There was no significant difference in median BVAS/WG score at pleuritis and/or pericarditis presentation between the different AAV syndromes (P = .14). Five patients had an incidental pericardial effusion identified at imaging without evidence of other disease activity and, therefore, had a BVAS/WG score of 0. Nine patients who had a previous diagnosis of AAV had a BVAS/WG score of 1, with pericarditis or pleurisy as their sole manifestation of relapse. The most common concurrent organ involvement at the time of pleuritis was general manifestations (49.4% [42 of 85]). Renal involvement was present in 45.9% (39 of 85) of patients with pleuritis. Of the 85 patients with pleuritis, 36 (42.4%) had no other concurrent pulmonary manifestations of AAV. The remaining patients had pulmonary nodules (24.7% [21 of 85]), pulmonary infiltrates (18.8% [16 of 85]), diffuse alveolar hemorrhage (9.4% [eight of 85]), or pulmonary nodules with diffuse alveolar hemorrhage (4.7% [four of 85]).
Pericarditis frequently occurred concomitantly with general manifestations (29.8% [28 of 94]) and with pulmonary (45.7% [43 of 94]) and nervous system (23.4% [22 of 94]) involvement. One patient had concurrent myocarditis and one patient had heart block at the time of pericarditis manifestation. Concurrent renal involvement occurred in 23.4% (22 of 94) of patients with pericarditis and consisted of hematuria (5.3% [five of 94]) and acute kidney injury (18.1% [17 of 94]). When pleuritis and pericarditis occurred together, multisystem organ involvement was common.
Pleuritis and/or pericarditis were more likely to occur in patients with EGPA compared with those with GPA or unspecified AAV. This difference was attributable to a higher frequency of pericarditis in EGPA compared with the other AAV subtypes (Table 2). Pleuritis was least likely to occur in patients with unspecified AAV. There were no other differences between groups in the frequency of pleuritis (Table 2). Patients with EGPA had a higher proportion of pericardial involvement compared with pleural involvement. The proportion of pericarditis and pleuritis was more equally distributed in patients with GPA and MPA. The relationships between pleuritis and/or pericarditis presentation and main clinicopathologic diagnosis (GPA, MPA, and EGPA) were also confirmed with the multiple correspondence analysis and hierarchical clustering on principal components analyses performed (e-Figs 1-3, e-Tables 1, 2).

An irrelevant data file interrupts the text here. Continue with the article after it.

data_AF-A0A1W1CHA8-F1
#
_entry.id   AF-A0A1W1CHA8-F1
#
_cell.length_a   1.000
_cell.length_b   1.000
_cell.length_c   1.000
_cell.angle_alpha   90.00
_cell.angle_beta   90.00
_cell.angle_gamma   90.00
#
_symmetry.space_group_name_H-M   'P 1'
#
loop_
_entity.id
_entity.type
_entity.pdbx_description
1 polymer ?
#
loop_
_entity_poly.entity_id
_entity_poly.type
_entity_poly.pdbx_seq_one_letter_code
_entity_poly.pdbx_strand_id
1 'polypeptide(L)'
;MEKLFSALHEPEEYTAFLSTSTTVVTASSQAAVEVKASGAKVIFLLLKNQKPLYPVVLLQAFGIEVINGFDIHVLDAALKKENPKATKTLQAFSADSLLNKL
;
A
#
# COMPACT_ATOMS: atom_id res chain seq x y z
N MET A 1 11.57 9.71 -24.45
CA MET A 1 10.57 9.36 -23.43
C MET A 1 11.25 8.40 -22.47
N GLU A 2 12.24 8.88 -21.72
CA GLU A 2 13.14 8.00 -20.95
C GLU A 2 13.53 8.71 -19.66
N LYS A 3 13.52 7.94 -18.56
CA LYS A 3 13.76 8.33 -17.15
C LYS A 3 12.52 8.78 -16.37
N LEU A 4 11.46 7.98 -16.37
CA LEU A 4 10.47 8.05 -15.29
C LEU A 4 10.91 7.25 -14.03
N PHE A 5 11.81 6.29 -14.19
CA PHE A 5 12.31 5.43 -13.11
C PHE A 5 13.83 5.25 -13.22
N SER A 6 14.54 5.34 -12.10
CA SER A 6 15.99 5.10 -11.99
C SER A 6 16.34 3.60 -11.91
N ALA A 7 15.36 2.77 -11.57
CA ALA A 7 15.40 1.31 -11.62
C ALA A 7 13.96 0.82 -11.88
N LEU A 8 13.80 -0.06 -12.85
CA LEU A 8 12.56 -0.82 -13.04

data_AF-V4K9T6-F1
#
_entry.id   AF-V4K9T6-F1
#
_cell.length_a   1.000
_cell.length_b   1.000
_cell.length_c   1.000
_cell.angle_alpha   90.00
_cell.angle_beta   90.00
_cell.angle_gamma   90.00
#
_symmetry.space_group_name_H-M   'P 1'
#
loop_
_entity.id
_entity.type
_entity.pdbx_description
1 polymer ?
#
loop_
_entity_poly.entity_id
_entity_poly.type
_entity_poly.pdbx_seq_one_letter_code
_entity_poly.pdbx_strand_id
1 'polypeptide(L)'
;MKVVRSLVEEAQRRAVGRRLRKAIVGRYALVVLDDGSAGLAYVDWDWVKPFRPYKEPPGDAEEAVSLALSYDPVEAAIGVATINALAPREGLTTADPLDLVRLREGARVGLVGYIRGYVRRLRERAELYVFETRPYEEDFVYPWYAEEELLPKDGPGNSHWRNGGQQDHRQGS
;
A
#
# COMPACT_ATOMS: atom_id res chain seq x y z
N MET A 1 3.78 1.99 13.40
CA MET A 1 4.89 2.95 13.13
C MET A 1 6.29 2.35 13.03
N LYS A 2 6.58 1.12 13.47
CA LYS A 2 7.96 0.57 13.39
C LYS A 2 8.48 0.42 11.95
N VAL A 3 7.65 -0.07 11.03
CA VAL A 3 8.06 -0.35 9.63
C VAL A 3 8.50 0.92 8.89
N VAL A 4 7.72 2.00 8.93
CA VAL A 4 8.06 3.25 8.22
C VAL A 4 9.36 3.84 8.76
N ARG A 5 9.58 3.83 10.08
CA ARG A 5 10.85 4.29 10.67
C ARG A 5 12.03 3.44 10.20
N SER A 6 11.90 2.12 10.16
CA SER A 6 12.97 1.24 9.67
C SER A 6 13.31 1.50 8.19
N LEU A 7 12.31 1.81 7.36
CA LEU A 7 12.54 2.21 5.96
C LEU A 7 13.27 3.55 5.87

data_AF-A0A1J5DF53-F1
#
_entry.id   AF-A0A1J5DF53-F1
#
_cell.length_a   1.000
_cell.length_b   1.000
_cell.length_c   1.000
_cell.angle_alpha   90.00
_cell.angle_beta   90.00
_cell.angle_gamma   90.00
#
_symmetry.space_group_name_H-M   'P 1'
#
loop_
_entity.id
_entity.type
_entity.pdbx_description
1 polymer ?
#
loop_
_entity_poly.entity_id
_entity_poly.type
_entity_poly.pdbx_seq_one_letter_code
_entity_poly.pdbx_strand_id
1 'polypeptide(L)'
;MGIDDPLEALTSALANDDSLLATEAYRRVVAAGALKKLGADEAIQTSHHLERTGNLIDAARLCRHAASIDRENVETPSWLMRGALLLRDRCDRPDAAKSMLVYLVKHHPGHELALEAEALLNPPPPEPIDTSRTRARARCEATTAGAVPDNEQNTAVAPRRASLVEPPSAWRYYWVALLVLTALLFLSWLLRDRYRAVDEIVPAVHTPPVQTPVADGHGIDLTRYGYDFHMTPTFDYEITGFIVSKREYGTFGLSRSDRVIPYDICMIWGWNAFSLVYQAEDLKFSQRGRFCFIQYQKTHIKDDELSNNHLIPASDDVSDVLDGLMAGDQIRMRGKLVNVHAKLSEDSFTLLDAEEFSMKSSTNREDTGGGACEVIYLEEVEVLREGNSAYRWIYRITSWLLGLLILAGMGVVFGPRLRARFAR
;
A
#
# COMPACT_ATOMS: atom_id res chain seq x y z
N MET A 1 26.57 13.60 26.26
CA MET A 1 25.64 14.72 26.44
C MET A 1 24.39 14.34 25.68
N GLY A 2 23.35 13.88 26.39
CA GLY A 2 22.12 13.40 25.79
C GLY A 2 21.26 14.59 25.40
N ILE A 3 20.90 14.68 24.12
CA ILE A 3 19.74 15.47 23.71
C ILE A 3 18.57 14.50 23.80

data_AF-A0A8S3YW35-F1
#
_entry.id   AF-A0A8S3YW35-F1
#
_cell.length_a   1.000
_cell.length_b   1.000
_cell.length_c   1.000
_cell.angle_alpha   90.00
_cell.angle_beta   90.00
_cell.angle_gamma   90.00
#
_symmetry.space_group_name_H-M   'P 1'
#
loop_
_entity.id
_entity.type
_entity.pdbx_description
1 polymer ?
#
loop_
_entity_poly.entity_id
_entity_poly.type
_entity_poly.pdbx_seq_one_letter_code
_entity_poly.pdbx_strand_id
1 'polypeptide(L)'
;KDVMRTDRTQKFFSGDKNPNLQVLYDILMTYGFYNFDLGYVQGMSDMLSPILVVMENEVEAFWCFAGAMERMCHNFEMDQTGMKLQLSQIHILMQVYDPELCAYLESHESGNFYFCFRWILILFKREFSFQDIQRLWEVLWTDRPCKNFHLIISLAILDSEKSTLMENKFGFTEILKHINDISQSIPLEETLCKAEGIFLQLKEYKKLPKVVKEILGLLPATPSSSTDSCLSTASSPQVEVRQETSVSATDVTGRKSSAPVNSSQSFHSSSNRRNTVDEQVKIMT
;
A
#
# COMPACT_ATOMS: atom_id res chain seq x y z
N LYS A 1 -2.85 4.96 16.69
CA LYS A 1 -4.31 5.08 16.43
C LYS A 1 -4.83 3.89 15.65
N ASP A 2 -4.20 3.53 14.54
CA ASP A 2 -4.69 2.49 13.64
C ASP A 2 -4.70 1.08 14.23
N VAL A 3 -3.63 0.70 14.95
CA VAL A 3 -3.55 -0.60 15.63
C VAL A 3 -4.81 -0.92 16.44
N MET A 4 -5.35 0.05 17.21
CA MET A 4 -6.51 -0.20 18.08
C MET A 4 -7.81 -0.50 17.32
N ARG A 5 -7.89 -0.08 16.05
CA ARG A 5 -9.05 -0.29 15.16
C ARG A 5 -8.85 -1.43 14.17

Table 2Characteristics of Pleuritis and Pericarditis in ANCA-Associated Vasculitis
Pleuritis and/or pericarditis were clinically relevant in most cases (71.2% [111 of 156]). When pleuritis and/or pericarditis were present in AAV, they frequently were presenting features of the disease. Pleuritis and/or pericarditis were more likely to be a presenting feature in EGPA than in GPA and unspecified AAV (Table 2). Pleuritis and/or pericarditis occurred greater than 1 month before AAV diagnosis in 69 patients, with a median time to diagnosis of 8 months (Table 2). Most (87.4% [111 of 127]) of the patients in whom pleuritis and/or pericarditis was a presenting feature had a single episode of pleuritis and/or pericarditis before the AAV diagnosis. Seven patients had two episodes, two patients had three episodes, and five patients had four or more episodes of pleuritis and/or pericarditis before the AAV diagnosis. There were 13 patients in whom pleuritis or pericarditis manifestations were present in isolation before AAV diagnosis. Other symptoms later developed that prompted the AAV diagnosis. The clinical course for these patients is described in Table 3.
Table 3Patients With ANCA-Associated Vasculitis With Initial Manifestation of Pleuritis and/or Pericarditis
Demographic Characteristic at Pleuritis and/or Pericarditis Presentation
Pleuritis or Pericarditis Manifestation
Diagnosis and Serology
Time From Manifestation to AAV Diagnosis, d
How AAV Diagnosis Established
Treatment of Pleuritis and/or Pericarditis Before AAV Diagnosis
Treatment of AAV
Clinical Course After AAV Treatment Initiated
Recurrent pleural effusion for 1 y, then inflammatory arthritis, constitutional symptoms, rash, subglottic stenosis, and DAH, prompting AAV diagnosis
No AAV or pleuritis relapse
Recurrent pericarditis and pleuritis
Recurrent pericarditis prompted further investigation that revealed elevated creatinine levels. AAV diagnosis was established with renal biopsy.
No AAV or pleuritis or pericarditis relapse Long-term use of RTX because of CLL
Pericarditis, then 2 y later he experienced a seizure. Brain imaging demonstrated a mass lesion and lung nodules. VATS lung biopsy was consistent with GPA.